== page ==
Benjamin Studebaker

Yet Another Attempt to Make the World a Better Place by Writing Things

Tag: Military

Gilad Sharon, Fascist

Recently, Gilad Sharon, son to the former prime minister of Israel, Ariel Sharon, published an op-ed in the Jersualem PostIn this op-ed, he makes a fascist argument. I mean this completely without hyperbole. I want it understood that I am, quite literally, under no uncertain terms, accusing Gilad Sharon of being a fascist, and equating him with the right wing nationalist movements of Hitler, Mussolini, and Milosevic. A bold claim deserves a bold argument, and that is what follows.

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How to End the Israeli-Palestinian Conflict

As Israel proves that twitter can be a tool of the state just as easily as it can be a tool of rebels and revolutionaries, the question once again rises as to how on earth a permanent solution to the Israeli-Palestinian conflict might come about. The attitudes to this conflict are too partisan and too subjectively involved. What is required is emotional detachment and rational analysis, and I propose to use both of these tools to devise the optimum solution to the conflict, which I submit to you, the reader, for judgement.

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The Foreign Policy Borg

One of the most common criticisms of Obama from the left is that his foreign policy is not discernibly all that different from that of late period George W. Bush–Guantanamo was never  closed, Obama employed a surge strategy in Afghanistan, drone attacks were used, troop numbers continued to decline in Iraq, it all felt, and perhaps it all feels, as though nothing has changed. At the same time, many on the left like to argue that, were Kerry or Gore elected, things would have been quite different, that Bush was discernibly distinct from Clinton. The historical record shows this to be false–Bush’s foreign policy amounted to a mere evolution of Clinton’s military interventionism and embrace of the democratic peace theory, the notion that democracies promote peace and prosperity and that, consequently, democracy should be spread to foreign lands. It’s not as if the interventions in Somalia and Yugoslavia during the nineties were motived in any way significantly differently from the reasoning eventually supplied for the occupation of Iraq–spreading freedom, ending tyranny, and so on down the line. Of course, when these people were running for office, they talked a different game. They tried to draw distinction from their predecessors and purported to offer a serious foreign policy alternative–Mitt Romney as we recall attempted this very line of argument. So why is it that our presidents get assimilated into the foreign policy borg and adopt policies that are, for the most part, quite similar to those adopted by their predecessors? That’s today’s topic of investigation.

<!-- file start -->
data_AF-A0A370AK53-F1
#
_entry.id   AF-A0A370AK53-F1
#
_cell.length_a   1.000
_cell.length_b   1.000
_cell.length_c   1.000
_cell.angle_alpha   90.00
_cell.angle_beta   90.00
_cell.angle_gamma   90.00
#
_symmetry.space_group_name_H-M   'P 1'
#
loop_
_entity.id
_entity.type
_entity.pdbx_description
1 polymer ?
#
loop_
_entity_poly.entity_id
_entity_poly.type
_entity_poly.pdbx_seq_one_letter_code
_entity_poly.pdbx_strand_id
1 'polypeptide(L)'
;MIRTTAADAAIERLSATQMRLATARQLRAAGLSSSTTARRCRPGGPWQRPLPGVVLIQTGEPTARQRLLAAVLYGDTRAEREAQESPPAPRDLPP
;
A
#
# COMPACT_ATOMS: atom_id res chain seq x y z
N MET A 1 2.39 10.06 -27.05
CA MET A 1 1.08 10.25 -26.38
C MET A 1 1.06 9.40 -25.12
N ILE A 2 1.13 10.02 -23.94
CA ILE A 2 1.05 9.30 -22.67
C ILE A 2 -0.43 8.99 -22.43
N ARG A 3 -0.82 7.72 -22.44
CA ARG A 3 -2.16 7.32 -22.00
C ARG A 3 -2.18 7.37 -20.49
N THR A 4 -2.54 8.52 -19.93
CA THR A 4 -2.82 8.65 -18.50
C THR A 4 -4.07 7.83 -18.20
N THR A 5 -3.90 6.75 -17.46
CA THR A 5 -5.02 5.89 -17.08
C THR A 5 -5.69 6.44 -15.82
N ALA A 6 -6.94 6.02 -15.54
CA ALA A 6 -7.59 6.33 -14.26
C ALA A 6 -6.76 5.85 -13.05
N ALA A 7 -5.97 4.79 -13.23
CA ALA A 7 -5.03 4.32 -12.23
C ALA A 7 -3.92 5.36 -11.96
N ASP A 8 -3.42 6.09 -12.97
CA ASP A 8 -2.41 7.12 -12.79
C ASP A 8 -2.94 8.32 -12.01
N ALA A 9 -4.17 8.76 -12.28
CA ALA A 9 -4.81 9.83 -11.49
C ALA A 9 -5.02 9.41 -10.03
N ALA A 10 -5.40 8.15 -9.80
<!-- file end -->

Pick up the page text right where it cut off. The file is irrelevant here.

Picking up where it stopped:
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The War on PBS

During the recent presidential debate, Mitt Romney said the following:

I’m sorry, Jim, I’m gonna stop the subsidy to PBS. I like PBS, I love Big Bird — I actually like you too — but I am not going to keep spending money on things [we have] to borrow money from China to pay for.

Since the debate, the left has made Romney out to be someone who hates Sesame Street and PBS, and the right has made Romney out to be someone who takes spending cuts seriously. Both completely miss the point. This statement from Romney actually tells you quite a lot about the candidate. This is a statement with far-ranging implications that matter a great deal more than even PBS’ defenders realise.

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Trouble in China

There’s a lot of fear in the United States and elsewhere with regard to a rising China. Many people are worried about the amount of government debt China possesses, or how so many jobs in industry and manufacturing have moved over there. Increasingly, China and the United States are being compared to one another as if their power outlay were more or less equal–in Pakistan for instance, the numbers are more or less even on the question. However, there are several key reasons why Sinophobia is exaggerated and unnecessary, and they comprise today’s topic.

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